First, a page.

- The claim of weaknesses and defects in the conduct of elections - Since Bersih has had discussions with Election Commission, it should continue to talk to that body. The Chairman of the Commission is prepared to dialogue. Bersih, in turn, should respond positively.
- The automatic registration of voters are beyond the purview of the Elections Commission. They would require legislative approval. If Bersih cannot persuade the Barisan Nasional (BN) government to introduce new electoral laws, has it succeeded in getting Pakatan Rakyat (PR) MPs to table a private member’s bill on any of the electoral reforms it is now demanding?
- The actual conduct of elections in Malaysia since 1959, from the maintenance of electoral rolls to safeguardingthe integrity of the ballot paper, has been largely fair and just---- given that no electoral system in the world is totally devoid of flaws
- If Bersih is sincere about rectifying the alleged misuse of state facilities for campaign purposes and the biased role of the mainstream media, the political parties who are in the forefront of this coalition, should set the example in the states which are under PR rule by ensuring that state facilities are not misused in any election or by-election. And yet, in by-elections in Selangor, Penang and Kedah, it is alleged that the state government had deployed some of the resources of the state, directly and indirectly, for their campaigns. Similarly, if Bersih wants equitable access to BNinclined print and electronic media, it should also encourage opposition oriented online newspapers to be fair and balanced in their coverage and analysis of political issues.
- For all the shortcomings in its electoral system, Malaysia is one of the few countries in the Global South that has held regular elections participated by parties with totally divergent ideologies ever since Independence in 1957.It is equally significant that these elections have been completely free of violence--- which is a rarity in the Global South
- There is no denying that with three organisations asserting their determination to hold rallies and marches without police permit, the political temperature has increased by a few degrees. In the first Bersih demonstration on November 10 2007, a number of people were injured. There were also similar casualties in the Hindraf demonstration on November 25 in the same year. In almost all the reformasi demonstrations from September 1998 to the middle of 2000, individuals and some police personnel were hurt.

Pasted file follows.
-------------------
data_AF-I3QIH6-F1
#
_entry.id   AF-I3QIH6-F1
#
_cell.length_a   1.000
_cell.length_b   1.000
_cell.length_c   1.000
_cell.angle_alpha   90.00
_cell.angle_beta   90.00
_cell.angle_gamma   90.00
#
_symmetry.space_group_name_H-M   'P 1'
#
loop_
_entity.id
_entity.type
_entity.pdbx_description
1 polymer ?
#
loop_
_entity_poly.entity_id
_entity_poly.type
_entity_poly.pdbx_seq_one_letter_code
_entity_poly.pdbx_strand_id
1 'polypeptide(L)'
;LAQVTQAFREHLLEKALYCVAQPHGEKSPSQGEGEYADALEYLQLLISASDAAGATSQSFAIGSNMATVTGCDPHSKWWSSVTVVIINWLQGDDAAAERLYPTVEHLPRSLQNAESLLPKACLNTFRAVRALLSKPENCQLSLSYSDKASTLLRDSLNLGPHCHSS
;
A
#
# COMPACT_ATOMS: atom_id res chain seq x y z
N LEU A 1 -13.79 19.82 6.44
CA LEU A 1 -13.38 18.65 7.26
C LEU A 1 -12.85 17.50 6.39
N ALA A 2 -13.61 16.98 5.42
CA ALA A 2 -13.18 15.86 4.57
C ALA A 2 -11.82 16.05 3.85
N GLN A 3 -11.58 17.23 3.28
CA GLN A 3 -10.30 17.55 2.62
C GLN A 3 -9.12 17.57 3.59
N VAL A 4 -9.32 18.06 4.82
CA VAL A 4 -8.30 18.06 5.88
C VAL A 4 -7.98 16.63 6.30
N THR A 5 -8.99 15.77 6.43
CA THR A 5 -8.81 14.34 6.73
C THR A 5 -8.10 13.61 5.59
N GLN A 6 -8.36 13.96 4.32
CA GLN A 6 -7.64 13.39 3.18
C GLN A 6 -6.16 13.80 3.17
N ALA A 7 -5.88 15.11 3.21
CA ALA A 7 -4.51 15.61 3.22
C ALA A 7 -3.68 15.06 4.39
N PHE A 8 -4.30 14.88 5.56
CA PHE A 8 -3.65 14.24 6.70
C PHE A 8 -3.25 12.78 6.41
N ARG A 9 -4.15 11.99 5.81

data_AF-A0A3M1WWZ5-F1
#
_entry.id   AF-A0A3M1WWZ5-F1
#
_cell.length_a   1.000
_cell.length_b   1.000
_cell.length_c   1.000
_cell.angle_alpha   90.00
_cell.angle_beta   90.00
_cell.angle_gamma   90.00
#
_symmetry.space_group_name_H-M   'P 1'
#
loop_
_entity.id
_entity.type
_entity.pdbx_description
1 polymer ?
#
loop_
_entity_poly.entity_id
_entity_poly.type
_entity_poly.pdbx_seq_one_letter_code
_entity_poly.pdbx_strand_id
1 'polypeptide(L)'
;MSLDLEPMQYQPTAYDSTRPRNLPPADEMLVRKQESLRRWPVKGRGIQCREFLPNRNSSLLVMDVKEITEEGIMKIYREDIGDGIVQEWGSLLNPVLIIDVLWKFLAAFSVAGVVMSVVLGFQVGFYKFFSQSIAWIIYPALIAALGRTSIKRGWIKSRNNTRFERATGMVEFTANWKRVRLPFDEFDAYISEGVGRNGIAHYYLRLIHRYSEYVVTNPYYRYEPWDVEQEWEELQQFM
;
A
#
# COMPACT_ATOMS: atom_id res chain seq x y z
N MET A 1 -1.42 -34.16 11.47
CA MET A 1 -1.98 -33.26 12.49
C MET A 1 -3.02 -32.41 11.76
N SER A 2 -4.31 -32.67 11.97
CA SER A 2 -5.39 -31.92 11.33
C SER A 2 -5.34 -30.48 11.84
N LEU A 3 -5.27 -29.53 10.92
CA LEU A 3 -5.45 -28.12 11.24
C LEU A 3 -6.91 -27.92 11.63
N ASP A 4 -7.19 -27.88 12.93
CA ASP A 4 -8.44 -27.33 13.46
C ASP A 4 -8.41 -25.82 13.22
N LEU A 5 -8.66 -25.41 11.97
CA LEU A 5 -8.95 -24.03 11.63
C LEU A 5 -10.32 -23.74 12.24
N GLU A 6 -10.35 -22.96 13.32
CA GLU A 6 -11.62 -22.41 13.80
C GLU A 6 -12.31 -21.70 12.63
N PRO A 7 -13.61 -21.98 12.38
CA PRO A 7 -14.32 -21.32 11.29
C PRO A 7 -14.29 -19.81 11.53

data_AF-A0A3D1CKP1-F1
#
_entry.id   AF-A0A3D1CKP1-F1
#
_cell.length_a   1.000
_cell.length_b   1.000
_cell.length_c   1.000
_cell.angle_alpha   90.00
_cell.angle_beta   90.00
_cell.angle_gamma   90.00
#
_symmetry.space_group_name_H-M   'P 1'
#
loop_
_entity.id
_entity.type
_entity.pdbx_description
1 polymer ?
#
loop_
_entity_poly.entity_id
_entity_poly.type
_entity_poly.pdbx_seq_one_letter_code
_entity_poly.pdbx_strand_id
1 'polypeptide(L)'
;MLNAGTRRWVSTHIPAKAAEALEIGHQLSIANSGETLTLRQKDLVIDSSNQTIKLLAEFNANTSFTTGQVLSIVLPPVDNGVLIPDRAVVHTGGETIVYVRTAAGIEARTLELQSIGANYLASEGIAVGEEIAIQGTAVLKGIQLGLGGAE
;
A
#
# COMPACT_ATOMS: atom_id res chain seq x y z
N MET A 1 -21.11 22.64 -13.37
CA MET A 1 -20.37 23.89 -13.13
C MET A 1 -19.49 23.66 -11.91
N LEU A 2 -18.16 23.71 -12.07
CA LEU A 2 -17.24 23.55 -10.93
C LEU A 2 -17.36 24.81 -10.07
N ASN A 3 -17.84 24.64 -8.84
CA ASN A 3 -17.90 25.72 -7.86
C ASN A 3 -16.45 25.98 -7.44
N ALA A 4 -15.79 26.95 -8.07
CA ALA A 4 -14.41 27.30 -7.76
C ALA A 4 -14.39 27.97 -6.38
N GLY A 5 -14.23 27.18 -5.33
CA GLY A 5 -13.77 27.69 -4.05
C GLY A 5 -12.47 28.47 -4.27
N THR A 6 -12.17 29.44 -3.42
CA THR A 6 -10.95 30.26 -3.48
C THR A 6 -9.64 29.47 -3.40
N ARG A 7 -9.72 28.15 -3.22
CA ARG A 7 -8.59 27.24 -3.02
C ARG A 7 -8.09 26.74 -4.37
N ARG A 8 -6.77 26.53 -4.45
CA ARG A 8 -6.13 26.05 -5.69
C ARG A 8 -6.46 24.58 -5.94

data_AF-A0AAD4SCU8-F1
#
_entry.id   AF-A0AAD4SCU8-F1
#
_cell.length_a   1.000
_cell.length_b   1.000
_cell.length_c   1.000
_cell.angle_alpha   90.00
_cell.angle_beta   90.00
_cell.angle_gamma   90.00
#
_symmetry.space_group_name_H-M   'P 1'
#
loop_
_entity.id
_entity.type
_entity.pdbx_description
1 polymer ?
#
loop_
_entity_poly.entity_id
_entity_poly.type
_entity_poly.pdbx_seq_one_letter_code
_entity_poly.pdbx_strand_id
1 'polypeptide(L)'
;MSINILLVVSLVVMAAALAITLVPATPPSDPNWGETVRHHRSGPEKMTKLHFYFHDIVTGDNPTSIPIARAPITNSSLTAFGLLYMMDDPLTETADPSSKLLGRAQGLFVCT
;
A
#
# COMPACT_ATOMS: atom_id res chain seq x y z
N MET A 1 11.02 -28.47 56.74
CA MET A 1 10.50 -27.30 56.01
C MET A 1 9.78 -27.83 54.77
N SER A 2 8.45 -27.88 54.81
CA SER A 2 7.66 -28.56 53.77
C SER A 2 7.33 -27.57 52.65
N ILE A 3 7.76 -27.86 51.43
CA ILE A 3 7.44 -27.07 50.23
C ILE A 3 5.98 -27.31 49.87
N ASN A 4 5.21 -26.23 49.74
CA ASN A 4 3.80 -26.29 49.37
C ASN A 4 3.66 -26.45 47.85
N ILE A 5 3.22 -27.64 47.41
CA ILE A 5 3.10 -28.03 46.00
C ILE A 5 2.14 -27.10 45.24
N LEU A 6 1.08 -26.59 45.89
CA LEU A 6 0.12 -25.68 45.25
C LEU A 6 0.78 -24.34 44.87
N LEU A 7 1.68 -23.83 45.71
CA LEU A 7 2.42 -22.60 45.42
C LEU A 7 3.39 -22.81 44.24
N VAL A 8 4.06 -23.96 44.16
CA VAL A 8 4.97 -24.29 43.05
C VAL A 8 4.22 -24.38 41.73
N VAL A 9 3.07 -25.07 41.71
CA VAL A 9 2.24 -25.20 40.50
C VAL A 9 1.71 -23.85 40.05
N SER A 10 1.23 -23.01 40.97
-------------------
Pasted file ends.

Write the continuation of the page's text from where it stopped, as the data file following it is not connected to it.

- The Western media would be there to dramatise the event, especially since both the de facto and de jure leaders of Bersih --- Anwar Ibrahim and Ambiga Sreenivasan --- have such close ties to the Western media. It would be a terrible travesty of justice since the Malaysian situation bears no comparison to Mubarak’s Egypt or to those autocratic Arab monarchies and republics
- How the proposed July 9 rally and counter rallies will impact upon taxi drivers, traders, shoppers and the general public is yet another factor that deserves our attention. In previous demonstrations in Kuala Lumpur, people in various walks of life have had to pay the price.
- It is quite conceivable that July 9 will reinforce yet another unhealthy development which has become more and more obvious in the last two years.
The ulterior motives
- There are also ulterior motives behind the Bersih plan that any reasonable person would probe. They were not leading to any democratic awakening among the masses.
- A number of our activists were arrested, some under the ISA. Most of all, I could see that the demonstrations instigated by Anwar from behind prison walls served only one purpose: to keep him in the limelight, and to get him out of prison.
- Anwar’s ulterior motive is even more brazen today. He desperately wants to become Prime Minister, and will resort to any means to achieve his ambition. He is hoping that July 9 will help him overcome some of the obstacles he now faces and give him the boost that he needs. A massive mobilisation of his supporters and fence-sitters on July 9, he thinks, will divert attention from his sodomy trial which begins later in the month and from his sex-video scandal. At the same time, he is expecting the demonstration to create the sort of momentum that will erode support for the BN and shore up his own position. If this impresses his allies and endorsersin some Western capitals they may even give him stronger backing to achieve “a regime change”.
- Apart from Anwar’s own party, both his PR partners, the Islamic Party of Malaysia(PAS) and the Democratic Action Party (DAP), are also driven by the desire to gain power through the quickest route. For them also the end justifies the means. July 9--- whatever the arguments against it--- is an important stepping-stone towards that goal.
Read the full article HERE -->Dr. Chandra Muzaffar @OUTSYED THE BOX